The branch once held about 54,500 volumes, and about 44,000 books have been moved to the main library. At the invitation of recently retired librarian Laura Mitchell, 15 Escondido elementary school teachers then took about 40 boxes of children's books for their students.

The 10,000 or so books that remain are about twice the number the Friends of the Escondido Public Library usually has in its inventory in the bookstore at the main library, 239 S. Kalmia St., said Friends President Elmer Cameron, pictured above.

Read more:

The Uni Project

The Uni is a portable, open-air reading room that will launch in New York City, Fall, 2011. ( The reading room will bring books and learning experiences to street-level space within parks, plazas, and even vacant lots. Husband and wife Sam Davol and Leslie Davol are the team behind the project, and the Uni is based on the Storefront Library, which they created in Boston's Chinatown in 2009-2010. Sam is also the cellist for the band The Magnetic Fields. Within one week of launching a fundraising drive on, the Uni was 50% of the way to its funding goal. The drive ends August 15 ( The Uni is a portable infrastructure based on a system of cubes, and the books inside those cubes are just the start. Like traditional libraries, the Uni will also provide a venue for readings, talks, workshops, and screenings, through partnerships with local organizations and institutions. The lightweight infrastructure can be installed in various configurations at different scales, and it can transform available space into places of community use, learning, and public engagement. The design is by Höweler + Yoon Architects, with Prof. J. Meejin Yoon of MIT. The fabrication team is J. Meejin Yoon, David Costanza, and Alexander Marshall. Fabrication is underway at MIT.

East Texas Librarian Robbed at Gunpoint

For a jar that contained less than $100.00 --

DAINGERFIELD, TX (KLTV) : An East Texas woman was robbed at gun point in the Daingerfield Public Library just after 9:00 am Monday morning. Police have arrested a a 19 year-old on an aggravated robbery charge.

The suspect entered the library shortly after it opened and requested to use a computer. Earlene Walton was working and agreed to sign him in and get him all situated, since he did not have a library card.

The suspect told Walton that he had forgotten something and left the building. When he returned, he pulled out a gun. Within minutes, the suspect had fled with a jar that friends of the library used to collect donations.

True Friends (and True Crime) at the Pasadena Public Library

The LA Times Jacket Copy reports: It took two 10-foot U-Haul trucks packed to the ceiling to carry Tom McGuinn's collection of mystery novels away. McGuinn's inventory, amassed over more than 40 years, has been given by his widow to the nonprofit Friends of the Pasadena Public Library. On Saturday the organization will be selling those books in a massive mystery book sale to benefit the library's programs.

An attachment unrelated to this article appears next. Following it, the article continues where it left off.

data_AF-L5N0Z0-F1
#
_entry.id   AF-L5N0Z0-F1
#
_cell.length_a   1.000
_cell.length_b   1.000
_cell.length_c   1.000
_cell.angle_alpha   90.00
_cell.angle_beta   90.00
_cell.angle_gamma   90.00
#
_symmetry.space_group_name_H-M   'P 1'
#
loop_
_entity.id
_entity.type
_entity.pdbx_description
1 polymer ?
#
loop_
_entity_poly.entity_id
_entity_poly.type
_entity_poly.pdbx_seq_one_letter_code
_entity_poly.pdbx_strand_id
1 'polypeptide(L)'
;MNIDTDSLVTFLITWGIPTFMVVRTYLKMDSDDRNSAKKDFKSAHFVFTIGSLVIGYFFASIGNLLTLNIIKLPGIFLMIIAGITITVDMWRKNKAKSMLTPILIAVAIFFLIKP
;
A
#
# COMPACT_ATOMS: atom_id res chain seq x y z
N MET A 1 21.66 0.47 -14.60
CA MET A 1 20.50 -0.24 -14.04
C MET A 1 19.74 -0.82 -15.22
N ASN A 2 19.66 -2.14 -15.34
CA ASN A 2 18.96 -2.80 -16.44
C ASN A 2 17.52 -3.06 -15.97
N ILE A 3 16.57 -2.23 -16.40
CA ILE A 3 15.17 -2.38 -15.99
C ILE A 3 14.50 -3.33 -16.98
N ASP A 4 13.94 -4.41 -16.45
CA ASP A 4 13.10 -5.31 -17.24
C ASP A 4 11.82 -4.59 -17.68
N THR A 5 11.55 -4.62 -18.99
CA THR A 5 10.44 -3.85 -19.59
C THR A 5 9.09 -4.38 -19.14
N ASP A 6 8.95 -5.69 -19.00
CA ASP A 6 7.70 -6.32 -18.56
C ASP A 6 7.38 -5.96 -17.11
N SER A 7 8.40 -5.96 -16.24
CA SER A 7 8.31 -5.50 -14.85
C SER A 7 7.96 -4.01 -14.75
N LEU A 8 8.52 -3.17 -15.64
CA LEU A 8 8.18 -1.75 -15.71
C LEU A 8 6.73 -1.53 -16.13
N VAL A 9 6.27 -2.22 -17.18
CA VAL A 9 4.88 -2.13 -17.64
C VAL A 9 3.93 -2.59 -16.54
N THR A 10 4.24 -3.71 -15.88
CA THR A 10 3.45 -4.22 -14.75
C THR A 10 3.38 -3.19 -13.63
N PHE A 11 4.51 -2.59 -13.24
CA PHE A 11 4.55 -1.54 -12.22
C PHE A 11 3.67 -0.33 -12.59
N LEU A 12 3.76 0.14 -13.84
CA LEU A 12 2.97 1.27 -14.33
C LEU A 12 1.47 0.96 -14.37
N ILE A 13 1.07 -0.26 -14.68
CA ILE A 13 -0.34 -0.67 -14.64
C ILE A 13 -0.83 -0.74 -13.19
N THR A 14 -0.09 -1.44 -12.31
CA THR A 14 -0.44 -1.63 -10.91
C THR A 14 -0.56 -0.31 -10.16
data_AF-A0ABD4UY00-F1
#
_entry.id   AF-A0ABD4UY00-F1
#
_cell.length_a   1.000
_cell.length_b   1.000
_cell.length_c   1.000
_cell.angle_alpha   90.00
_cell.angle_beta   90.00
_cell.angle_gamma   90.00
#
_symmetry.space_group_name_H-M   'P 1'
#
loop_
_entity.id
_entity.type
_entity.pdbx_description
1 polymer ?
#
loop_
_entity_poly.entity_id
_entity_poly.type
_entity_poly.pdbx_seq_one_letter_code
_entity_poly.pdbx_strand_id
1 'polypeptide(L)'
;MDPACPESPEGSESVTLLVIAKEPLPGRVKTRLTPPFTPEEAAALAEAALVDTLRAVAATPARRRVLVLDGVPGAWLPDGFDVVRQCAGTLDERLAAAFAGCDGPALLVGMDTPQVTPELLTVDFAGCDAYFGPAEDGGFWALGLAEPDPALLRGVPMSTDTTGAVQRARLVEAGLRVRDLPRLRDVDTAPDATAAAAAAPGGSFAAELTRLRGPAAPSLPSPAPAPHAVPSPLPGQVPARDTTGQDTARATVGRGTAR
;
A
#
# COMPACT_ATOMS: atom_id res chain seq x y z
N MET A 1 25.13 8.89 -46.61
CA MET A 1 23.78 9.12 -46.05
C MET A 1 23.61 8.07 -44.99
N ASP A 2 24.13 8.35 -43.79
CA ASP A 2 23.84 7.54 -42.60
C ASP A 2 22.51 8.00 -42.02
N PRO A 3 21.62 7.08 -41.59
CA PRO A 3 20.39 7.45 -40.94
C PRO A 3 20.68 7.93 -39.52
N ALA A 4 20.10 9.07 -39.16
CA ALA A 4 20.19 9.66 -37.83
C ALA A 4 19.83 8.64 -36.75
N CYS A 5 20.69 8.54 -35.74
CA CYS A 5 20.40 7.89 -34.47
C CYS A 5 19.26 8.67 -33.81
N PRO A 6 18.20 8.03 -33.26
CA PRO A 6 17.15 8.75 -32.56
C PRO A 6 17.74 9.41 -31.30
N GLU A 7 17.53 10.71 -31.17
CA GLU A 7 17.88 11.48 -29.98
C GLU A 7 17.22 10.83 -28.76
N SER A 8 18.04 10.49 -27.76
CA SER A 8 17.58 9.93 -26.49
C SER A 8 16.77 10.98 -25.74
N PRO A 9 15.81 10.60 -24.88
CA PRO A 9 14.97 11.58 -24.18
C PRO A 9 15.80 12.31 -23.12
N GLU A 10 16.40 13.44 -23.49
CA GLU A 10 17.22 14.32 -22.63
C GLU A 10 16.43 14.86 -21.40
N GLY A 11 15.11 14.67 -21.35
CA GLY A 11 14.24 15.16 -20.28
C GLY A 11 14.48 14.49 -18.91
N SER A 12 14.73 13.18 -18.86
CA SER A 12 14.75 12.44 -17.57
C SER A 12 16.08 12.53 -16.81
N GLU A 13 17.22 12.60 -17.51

In all, there are about 9,000 mysteries, stretching from the last few years back to the 1970s. The books are, for the most part, bestsellers -- books by Sue Grafton, Michael Connelly, Daniel Silva, Jonathan Kellerman and many, many more.

Of those books, more than 3,600 have been signed by their author. That's an enormous number McGuinn gathered from various sources, according to the Friends Helen Overstreet. He went to book signings, attended the annual Book Expo publishing conference and bought them signed from bookstores when he traveled.

The mystery book sale will be held at Roosevelt Elementary School in Pasadena. There will be a $20 fee for early birds at 9 a.m.; admission is free after 9:45. The Friends of the Pasadena Public Library ask buyers to bring their own bags and boxes; they've got their hands full just getting everything alphabetized. The sale is cash only.

Agoura Hills CA Library Library Bookshop a Winner

The Book Cellar, a nonprofit used bookstore in the basement of the Agoura Hills Library, is a hidden treasure trove that raises funds for the library and donates books to schools, prisons and even other nations.

Cozy and filled to the brim, the Book Cellar once again claimed a spot in L.A. Weekly’s Best of L.A. In the weekly’s 2010 “Best of” edition, the Cellar was named the “Best Excuse to Buy ‘Crime and Punishment.’” The Cellar won the publication’s “ Best Literary Mine” in the 2008 “ Best of L.A.” edition.

Eric and Diane Haupt have been managing the Book Cellar for years and count on community volunteers from the Friends of the Agoura Hills Library to man the store each week. Eric Haupt said 95 percent of the Cellar’s proceeds support the library. Since California’s economy tanked, the money has been used to bridge the gap left by state budget cuts.

Eric Haupt said he recently wrote a check for $7,000 to renew the library’s subscriptions to newspapers, magazines and other periodicals. “We’re doing great and we’re only open one day a week,” Eric Haupt said.

Report from The Acorn.